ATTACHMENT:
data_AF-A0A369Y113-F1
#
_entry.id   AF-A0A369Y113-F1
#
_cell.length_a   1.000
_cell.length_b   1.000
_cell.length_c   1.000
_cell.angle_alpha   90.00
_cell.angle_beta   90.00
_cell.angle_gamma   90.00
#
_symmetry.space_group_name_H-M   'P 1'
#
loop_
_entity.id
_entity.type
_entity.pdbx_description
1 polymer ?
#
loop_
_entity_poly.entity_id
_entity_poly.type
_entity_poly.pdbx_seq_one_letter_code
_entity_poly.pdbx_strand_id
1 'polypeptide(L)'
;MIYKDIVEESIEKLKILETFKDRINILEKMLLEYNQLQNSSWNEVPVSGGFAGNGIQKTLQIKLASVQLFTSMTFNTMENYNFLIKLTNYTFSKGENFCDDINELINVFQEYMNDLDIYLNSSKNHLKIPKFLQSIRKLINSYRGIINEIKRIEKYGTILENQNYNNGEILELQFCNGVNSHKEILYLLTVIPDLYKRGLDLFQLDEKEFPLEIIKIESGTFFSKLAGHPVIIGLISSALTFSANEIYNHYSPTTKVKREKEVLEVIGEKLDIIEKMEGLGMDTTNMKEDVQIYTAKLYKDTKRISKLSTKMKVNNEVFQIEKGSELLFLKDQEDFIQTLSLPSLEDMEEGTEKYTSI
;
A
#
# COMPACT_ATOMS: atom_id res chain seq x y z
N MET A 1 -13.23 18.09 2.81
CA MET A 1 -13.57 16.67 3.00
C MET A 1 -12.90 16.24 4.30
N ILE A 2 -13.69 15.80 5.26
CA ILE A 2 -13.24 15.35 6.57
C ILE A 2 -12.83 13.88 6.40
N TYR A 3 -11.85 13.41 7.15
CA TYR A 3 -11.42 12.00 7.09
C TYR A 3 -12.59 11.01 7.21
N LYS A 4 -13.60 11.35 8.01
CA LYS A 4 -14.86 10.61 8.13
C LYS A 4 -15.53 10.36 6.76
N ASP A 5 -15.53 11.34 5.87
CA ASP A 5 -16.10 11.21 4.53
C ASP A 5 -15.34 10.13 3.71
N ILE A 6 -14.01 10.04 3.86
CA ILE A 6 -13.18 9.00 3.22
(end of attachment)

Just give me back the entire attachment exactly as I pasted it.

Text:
data_AF-A0A369Y113-F1
#
_entry.id   AF-A0A369Y113-F1
#
_cell.length_a   1.000
_cell.length_b   1.000
_cell.length_c   1.000
_cell.angle_alpha   90.00
_cell.angle_beta   90.00
_cell.angle_gamma   90.00
#
_symmetry.space_group_name_H-M   'P 1'
#
loop_
_entity.id
_entity.type
_entity.pdbx_description
1 polymer ?
#
loop_
_entity_poly.entity_id
_entity_poly.type
_entity_poly.pdbx_seq_one_letter_code
_entity_poly.pdbx_strand_id
1 'polypeptide(L)'
;MIYKDIVEESIEKLKILETFKDRINILEKMLLEYNQLQNSSWNEVPVSGGFAGNGIQKTLQIKLASVQLFTSMTFNTMENYNFLIKLTNYTFSKGENFCDDINELINVFQEYMNDLDIYLNSSKNHLKIPKFLQSIRKLINSYRGIINEIKRIEKYGTILENQNYNNGEILELQFCNGVNSHKEILYLLTVIPDLYKRGLDLFQLDEKEFPLEIIKIESGTFFSKLAGHPVIIGLISSALTFSANEIYNHYSPTTKVKREKEVLEVIGEKLDIIEKMEGLGMDTTNMKEDVQIYTAKLYKDTKRISKLSTKMKVNNEVFQIEKGSELLFLKDQEDFIQTLSLPSLEDMEEGTEKYTSI
;
A
#
# COMPACT_ATOMS: atom_id res chain seq x y z
N MET A 1 -13.23 18.09 2.81
CA MET A 1 -13.57 16.67 3.00
C MET A 1 -12.90 16.24 4.30
N ILE A 2 -13.69 15.80 5.26
CA ILE A 2 -13.24 15.35 6.57
C ILE A 2 -12.83 13.88 6.40
N TYR A 3 -11.85 13.41 7.15
CA TYR A 3 -11.42 12.00 7.09
C TYR A 3 -12.59 11.01 7.21
N LYS A 4 -13.60 11.35 8.01
CA LYS A 4 -14.86 10.61 8.13
C LYS A 4 -15.53 10.36 6.76
N ASP A 5 -15.53 11.34 5.87
CA ASP A 5 -16.10 11.21 4.53
C ASP A 5 -15.34 10.13 3.71
N ILE A 6 -14.01 10.04 3.86
CA ILE A 6 -13.18 9.00 3.22